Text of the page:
The Master-Thief.

A very famous and cruel robber, having amassed much wealth, settled down to a quiet and orderly life; but finding his three sons resolved to follow the same profession, he refused to grant them a farthing of his money. The youngest son, concealed in a bundle of fodder, is introduced into the royal stables, and makes off at night with the queen's celebrated steed and his valuable trappings, but is observed and followed. He and his brothers are caught. The father refuses to ransom them; but the queen offers to set them free if the old robber will relate some of the most terrible incidents of his former career.

He relates how he and his comrades were captured by a giant whose abode they had plundered; how the giant ate them one by one; how he himself blinded the giant while pretending to cure his sore eyes, and how he eluded the giant for several days by now clinging to the beams of the roof, now taking refuge among his flock of sheep, from which he selected one daily for his food. At length the giant threw him a ring, which he put on his finger, and which caused him to shout, “Here I am! here I am!” thus betraying his whereabouts. As the ring could not be removed, he cut off his finger, and the spell ceased.—Escaped at length, he comes upon the bodies of three robbers who had been lately hanged. He reaches the hut of a poor woman, whom ghūls had ordered to cook her son for their revels; he takes away one of the dead robbers and gives it to the old woman as a substi­tute for her son, and then occupies the place of the body he had removed, to conceal the trick. The ghūls came, however, and seizing him, were about to devour him, when, lo, a sound as of a loud rushing wind caused them to vanish, and thus he escaped a second great peril.

A remarkably close parallel to this story is found in Campbell's Popular Tales of the West Highlands, vol. i, pp. 145-148, in the Tale of Connal, but the sequence of the incidents is curiously changed: Connal saw, in the upper part of a cave, a fine fair woman, “who was thrusting the flesh stake at a big lump of a baby, and every thrust she would give the spit, the babe would laugh, and she would begin to weep. Connal spoke, and he said: ‘Woman, what ails thee at the child without reason?’ ‘Oh,’ said she, ‘since thou art an able man thyself, kill the baby and set it on this stake, till I roast it for the giant.’ He caught hold of the baby, and he put a plaid that he had on about the babe, and he hid it at the side of the cave. There were a great many dead bodies at the side of the cave, and he set one of them on the stake, and the woman was roasting it. Then was heard under ground trembling and thunder coming, and he would rather that he was out. Here he sprang in the place of the corpse that was at the fire, in the very midst of the bodies. The giant came, and he asked: ‘Was the roast ready?’ He began to eat, and he said: ‘Fiu fau hoagrich! It's no wonder that thy own flesh is tough; it is tough on thy brat.’ When the giant had eaten that one, he went to count the bodies; and the way he had of counting them was, to catch hold of them by the two smalls of the leg, and to toss them past the top of his head; and he counted them backwards and forwards thus three or four times; and as he found Connal somewhat heavier, and that he was soft and fat, he took that slice out of him from the back of his head to his groin. He roasted this at the fire, and he ate it, and then he fell asleep. Connal winked to the woman to put the flesh stake in the fire. She did this, and when the spit grew white after it was red, he thrust the spit through the giant's heart, and the giant was dead.” We have here a distorted ver­sion of the exploit of the Master-Thief of our tale—the blinding of the giant, which, again, is evidently taken from the similar ad­venture of Ulysses with Polyphemus. The man-eating giant, or ghūl, may be compared with world-wide legends of dragons and rākshasas that devoured citizens—preferably beautiful maidens, at the rate of one each week or month;—the oldest extant form being found in a beautiful episode of the Mahābharata, which has been rendered into graceful English verse by Dean Milman, under the title of the Brāhman's Lament.—To return to the Tale of Connal: “Then Connal went and he set the woman on her path homewards, and then he went home him­self. His stepmother sent him and her son to steal the white-faced horse from the king of Italy… A company came out, and they were caught. The binding of the three smalls was laid on them straitly and painfully. ‘Thou big red man,’ said the king, ‘wast thou ever in so hard a case as that?’” Connal then relates his adventures, being promised pardon if he could tell of his having been in a worse plight during his past career.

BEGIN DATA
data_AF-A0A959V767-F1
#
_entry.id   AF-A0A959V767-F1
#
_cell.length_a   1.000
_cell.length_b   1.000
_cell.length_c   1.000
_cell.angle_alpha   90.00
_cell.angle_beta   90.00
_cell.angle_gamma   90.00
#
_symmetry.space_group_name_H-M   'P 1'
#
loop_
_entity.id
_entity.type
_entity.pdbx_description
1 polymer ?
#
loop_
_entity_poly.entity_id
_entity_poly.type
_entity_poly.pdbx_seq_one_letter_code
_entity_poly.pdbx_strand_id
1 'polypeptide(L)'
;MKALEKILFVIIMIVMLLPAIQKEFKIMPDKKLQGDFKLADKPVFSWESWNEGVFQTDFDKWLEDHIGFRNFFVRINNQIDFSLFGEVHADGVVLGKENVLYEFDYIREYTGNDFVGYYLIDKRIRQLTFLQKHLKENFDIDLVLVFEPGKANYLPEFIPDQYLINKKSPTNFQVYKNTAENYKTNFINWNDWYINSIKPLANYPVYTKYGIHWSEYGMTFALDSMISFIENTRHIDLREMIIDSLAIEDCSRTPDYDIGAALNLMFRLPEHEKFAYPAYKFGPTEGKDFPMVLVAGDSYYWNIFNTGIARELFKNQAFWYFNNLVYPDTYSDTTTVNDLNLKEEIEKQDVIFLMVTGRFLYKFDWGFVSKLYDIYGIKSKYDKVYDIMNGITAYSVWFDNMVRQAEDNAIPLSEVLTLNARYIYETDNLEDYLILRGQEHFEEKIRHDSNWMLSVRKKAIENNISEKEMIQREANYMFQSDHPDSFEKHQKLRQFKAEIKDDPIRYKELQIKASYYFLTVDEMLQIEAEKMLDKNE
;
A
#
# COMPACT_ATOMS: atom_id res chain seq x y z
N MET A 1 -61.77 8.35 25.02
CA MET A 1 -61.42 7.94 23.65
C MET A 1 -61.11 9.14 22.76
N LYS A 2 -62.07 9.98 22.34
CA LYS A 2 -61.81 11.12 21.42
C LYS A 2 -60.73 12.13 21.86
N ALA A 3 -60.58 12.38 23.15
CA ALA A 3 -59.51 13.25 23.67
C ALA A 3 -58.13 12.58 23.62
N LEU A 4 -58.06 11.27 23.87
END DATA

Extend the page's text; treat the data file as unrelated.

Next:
On the Seventh Morning, the execution of the prince is prevented by the appearance of another old man, who, after the usual questions and replies, relates, as an example of the malice of women, the story of